Sertraline and paroxetine activate the intrinsic apoptotic pathway in astrocytes

Images in Figure 4A show that the morphology of astrocytes had changed at 6 and 12 h in sertraline- and paroxetine-treated groups, but not in the citalopram-treated group. By a flow cytometric analysis, we also found that treatment with sertraline and paroxetine dramatically increased cell death, as indicated by the accumulation of sub-G1 population (Figure 4B). To define whether sertraline- and paroxetine-induced cell death was through apoptosis, we analyzed expressions of apoptosis-related proteins by a Western blot analysis. We found that treatment with sertraline and paroxetine, but not citalopram, induced cleavage of PARP and caspase-3 (Figure 4C). These data indicated that sertraline and paroxetine induced apoptotic signaling and cell death in astrocytes.

Sertraline and paroxetine activate the intrinsic apoptotic pathway in astrocytes.

Figure 4: Sertraline and paroxetine activate the intrinsic apoptotic pathway in astrocytes. Cell death was either (A) observed by microscopy or (B) quantified by a flow cytometric analysis. (C) Cleaved caspase-3 and cleaved poly(ADP-ribose) polymerase (PARP) proteins were determined by a Western blot analysis.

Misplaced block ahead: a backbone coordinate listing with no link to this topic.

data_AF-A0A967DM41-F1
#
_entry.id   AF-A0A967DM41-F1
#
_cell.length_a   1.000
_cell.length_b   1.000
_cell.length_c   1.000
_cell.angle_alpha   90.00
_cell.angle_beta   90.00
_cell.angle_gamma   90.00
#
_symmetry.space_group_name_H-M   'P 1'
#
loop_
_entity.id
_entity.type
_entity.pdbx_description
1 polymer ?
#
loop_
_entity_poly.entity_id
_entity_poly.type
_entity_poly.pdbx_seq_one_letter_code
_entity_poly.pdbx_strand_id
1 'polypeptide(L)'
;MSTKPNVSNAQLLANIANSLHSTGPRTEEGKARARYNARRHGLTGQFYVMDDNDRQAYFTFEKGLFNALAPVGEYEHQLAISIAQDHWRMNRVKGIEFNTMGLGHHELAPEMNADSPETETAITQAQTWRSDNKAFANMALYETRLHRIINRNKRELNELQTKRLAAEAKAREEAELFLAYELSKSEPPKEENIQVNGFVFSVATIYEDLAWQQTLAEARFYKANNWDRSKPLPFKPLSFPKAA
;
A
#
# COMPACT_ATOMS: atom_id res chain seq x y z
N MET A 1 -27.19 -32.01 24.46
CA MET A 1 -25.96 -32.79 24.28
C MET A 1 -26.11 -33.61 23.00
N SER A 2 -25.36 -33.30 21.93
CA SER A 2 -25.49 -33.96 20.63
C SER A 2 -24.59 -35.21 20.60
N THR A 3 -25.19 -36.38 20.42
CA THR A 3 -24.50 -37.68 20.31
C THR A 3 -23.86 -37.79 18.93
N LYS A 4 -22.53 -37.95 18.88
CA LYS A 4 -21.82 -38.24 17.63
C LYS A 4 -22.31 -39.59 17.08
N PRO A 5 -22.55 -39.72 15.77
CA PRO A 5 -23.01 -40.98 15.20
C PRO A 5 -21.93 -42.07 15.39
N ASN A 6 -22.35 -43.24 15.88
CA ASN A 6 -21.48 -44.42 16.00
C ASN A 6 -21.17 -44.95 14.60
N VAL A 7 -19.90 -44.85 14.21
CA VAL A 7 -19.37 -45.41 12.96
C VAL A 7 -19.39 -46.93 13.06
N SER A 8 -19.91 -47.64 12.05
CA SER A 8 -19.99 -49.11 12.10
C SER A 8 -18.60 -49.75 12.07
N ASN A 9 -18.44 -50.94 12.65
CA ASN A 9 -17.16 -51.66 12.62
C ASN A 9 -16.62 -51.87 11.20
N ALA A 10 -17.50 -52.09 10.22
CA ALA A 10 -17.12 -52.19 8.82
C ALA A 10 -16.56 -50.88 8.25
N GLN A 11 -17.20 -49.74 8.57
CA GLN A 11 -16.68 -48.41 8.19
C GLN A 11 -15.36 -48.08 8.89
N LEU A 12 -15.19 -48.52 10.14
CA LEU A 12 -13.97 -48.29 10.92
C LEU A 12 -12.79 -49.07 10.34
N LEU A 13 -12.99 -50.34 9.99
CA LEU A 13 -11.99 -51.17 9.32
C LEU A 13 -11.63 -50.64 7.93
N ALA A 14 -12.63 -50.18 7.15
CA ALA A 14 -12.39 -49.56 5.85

Sertraline and paroxetine reduced cell viability in primary astrocytes, neurons, and their primary mixed culture

To further confirm the aforementioned results, we used primary cultured astrocytes and neurons to establish a model to better mimic the nervous system. We further conducted experiments in primary astrocytes, primary neurons, and primary mixed astrocyte-neuron culture. The MTT assay showed that 10-40 μM sertraline had similar cytotoxic effects which significantly reduced primary astrocyte cell viability to <20%, while primary neuron cell viability remained around 50% (Figure 5A, left panel). Paroxetine showed consistent effects on primary cultured cells as did sertraline. Paroxetine at 20 μM significantly decreased the cell viability of primary astrocytes and primary mixed culture to around 20%, while the cell viability of primary neurons remained around 50% under the same conditions (Figure 5A, right panel). We further examined whether sertraline and paroxetine induced primary astrocyte cell death through the same mechanism in an astrocyte cell line. We observed that both sertraline and paroxetine induced intracellular calcium levels at 1, 3, and 6 h according to immunofluorescence staining (Figure 5B). We also found Ca2+ influx in primary cells in response to sertraline and paroxetine treatments by a flow cytometric analysis (Figure 5C, 5D). Sertraline and paroxetine also decreased the MMP in primary cells, which indicated consistent mitochondrial damage as in the astrocyte cell line (Figure 5E).

Sertraline and paroxetine reduced cell viability in primary astrocytes, neurons, and their primary mixed culture.